Compute environments have advanced significantly over the past several years. Microprocessors have gotten faster by including more cores, available RAM has increased significantly, and the cloud has made massive distributed computing more easily and cheaply available.
HFSS has evolved to take advantage of these new capabilities, and as a result is magnitudes more capable of solving large designs, designs that you could barely imagine solving before. For some customers, it means being able to solve more design variations in parallel to find the optimal design before manufacturing the first prototype. For other customers, it means spending less time and thought in simplifying designs and instead creating models that include more of the electronic component details, its surrounding system, including the device enclosure and/or even placing it in its operating environment.
The process of preparing a model to be solved with HFSS has decreased significantly over the years as various steps in the process have become automated. But whether the steps are automated or manually done, a decision is made every time a simplification occurs – is removing that detail going to impact accuracy? Is removing that detail going to save significant computational time? And making those decisions, or compromises, requires experience and expertise.
Customers are compromising less and achieving more when using current best practices in the latest version of HFSS. Take, for example, this PAM4 Package model from Socionext where the goal is to extract 12 critical high-speed IO nets.
A legacy best practice is to cut the package model down as much as possible to reduce overall RAM footprint. This often results in a complex shaped cutout with boundaries very close to the critical nets of interest. How close is too close? That decision requires experience and expertise so that accuracy is not compromised. Let’s compare this legacy complex cutout method to a simpler, rectangular cut that preserves the true boundaries of the original package model.
The additional RAM and time to solve is not significant, especially considering the time and thought that goes into creating a conformal cutout and the unfortunate compromise in accuracy when, as in the case above, a differential pair proved to be “too close” to the conformal cut boundary! With the cost of RAM greatly reduced and compute resources more readily accessible, there is no longer a need to compromise on accuracy with legacy best practices like creating conformal cutouts.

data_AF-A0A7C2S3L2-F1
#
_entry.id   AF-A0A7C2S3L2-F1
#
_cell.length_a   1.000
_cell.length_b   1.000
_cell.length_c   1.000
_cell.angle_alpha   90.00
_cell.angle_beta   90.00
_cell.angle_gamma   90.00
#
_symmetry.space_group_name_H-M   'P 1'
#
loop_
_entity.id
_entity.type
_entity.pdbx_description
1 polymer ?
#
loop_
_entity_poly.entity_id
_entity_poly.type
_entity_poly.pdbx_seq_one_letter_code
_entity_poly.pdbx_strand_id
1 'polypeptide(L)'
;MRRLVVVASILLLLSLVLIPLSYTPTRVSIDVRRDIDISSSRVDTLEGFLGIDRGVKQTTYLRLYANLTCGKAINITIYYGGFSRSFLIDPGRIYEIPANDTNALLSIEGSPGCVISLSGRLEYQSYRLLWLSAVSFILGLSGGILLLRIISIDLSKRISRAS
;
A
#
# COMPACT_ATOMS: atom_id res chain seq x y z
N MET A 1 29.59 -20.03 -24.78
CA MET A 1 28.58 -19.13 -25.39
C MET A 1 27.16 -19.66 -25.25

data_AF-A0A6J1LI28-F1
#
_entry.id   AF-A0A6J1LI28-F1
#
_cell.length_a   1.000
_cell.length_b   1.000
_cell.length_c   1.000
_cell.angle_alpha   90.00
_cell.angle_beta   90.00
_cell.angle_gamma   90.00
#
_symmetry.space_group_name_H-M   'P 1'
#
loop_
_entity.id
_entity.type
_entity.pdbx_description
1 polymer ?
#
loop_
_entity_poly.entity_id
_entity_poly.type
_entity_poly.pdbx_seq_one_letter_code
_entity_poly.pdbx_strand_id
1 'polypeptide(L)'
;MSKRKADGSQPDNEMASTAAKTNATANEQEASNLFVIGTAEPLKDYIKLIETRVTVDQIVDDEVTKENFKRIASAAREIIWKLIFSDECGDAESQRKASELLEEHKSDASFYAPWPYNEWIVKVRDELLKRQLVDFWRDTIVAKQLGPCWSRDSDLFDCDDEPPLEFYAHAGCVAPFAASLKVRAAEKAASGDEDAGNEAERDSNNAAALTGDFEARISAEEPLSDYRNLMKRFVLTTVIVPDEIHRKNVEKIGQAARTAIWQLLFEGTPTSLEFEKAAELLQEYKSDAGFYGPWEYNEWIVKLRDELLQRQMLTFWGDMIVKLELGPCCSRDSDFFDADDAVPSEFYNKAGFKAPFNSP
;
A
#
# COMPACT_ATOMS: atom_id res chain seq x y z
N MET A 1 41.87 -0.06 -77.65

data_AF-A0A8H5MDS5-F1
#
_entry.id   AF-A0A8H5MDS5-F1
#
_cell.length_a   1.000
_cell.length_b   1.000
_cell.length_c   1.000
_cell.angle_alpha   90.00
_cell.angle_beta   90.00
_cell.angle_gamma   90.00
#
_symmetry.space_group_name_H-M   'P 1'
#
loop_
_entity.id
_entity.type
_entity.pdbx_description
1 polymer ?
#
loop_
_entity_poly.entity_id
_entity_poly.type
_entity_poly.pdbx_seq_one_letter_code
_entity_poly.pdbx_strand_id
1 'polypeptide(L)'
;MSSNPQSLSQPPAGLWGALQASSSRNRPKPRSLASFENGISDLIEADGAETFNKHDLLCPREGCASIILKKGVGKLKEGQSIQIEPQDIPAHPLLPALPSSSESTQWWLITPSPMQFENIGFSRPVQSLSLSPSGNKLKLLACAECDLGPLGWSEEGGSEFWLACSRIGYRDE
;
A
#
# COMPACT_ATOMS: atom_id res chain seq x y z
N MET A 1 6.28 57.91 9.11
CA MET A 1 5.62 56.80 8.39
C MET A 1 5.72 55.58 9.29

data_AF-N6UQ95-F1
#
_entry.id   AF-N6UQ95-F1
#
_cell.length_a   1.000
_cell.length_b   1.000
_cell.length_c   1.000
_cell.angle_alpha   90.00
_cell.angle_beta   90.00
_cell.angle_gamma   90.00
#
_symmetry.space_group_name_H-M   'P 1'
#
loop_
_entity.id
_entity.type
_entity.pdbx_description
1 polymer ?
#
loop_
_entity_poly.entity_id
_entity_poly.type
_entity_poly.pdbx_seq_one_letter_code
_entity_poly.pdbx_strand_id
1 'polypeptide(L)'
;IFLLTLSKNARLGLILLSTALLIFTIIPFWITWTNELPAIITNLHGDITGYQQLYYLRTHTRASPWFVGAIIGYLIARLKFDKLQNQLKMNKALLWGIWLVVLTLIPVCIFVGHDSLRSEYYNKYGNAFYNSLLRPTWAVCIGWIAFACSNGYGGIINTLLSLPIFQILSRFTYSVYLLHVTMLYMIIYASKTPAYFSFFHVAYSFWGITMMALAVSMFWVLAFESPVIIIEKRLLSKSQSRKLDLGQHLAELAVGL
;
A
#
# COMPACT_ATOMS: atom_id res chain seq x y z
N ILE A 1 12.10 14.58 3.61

But wait – did you miss the fine print in the table above? What do we mean when we indicate that the Ansys BKM model used “5.5GB (44GB distributed across 8 tasks)”? This means the model was solved on 8 compute nodes where it required a maximum of 5.5GB on any given node and 44GB total RAM when you add up the RAM used on all 8 nodes.
Getting your model to distribute the solve process across multiple nodes is enabled by default with HFSS’s automatic HPC setting – in other words, you don’t need to do anything more than submit the job to run on multiple nodes and HFSS will automatically distribute the solve process. Using automatic HPC settings along with submitting jobs to Ansys Cloud are two HFSS HPC best practices, and they were both used to solve the above Socionext PAM4 package model. Simply following those two HPC best practices make it easy to solve bigger problems faster than ever before.
Not sure how much of your layout you can preserve when performing a full 3D extraction with HFSS? Get ready to be amazed by HFSS’s speed and capacity when you read this blog post to discover that HFSS on Ansys Cloud can be used to model an entire RFIC!
HFSS best practices have evolved to reduce time spent in both pre-processing, by eliminating compromises made when simplifying models, and solving, by taking advantage of distributed computing and the cloud, especially Ansys Cloud. To summarize a few of the best practices described in this blog: 1) using the latest version of HFSS, 2) forgoing complex shaped cutouts because the risk to accuracy no longer warrants insignificant RAM-savings, 3) using automatic HPC settings on Ansys Cloud. The best practices discussed here are just a few examples that span across many layout-based applications; please work with the Ansys Customer Excellence team to ensure that you’re using all the latest best practices for your specific application.
If it has been some time since you’ve reviewed and updated your HFSS practices and scripts, you are leaving performance and accuracy on the table. You are entitled to the advantages of HFSS’ advancements. You are paying for it. Make sure you use it. It can boost your productivity by 10x or more.
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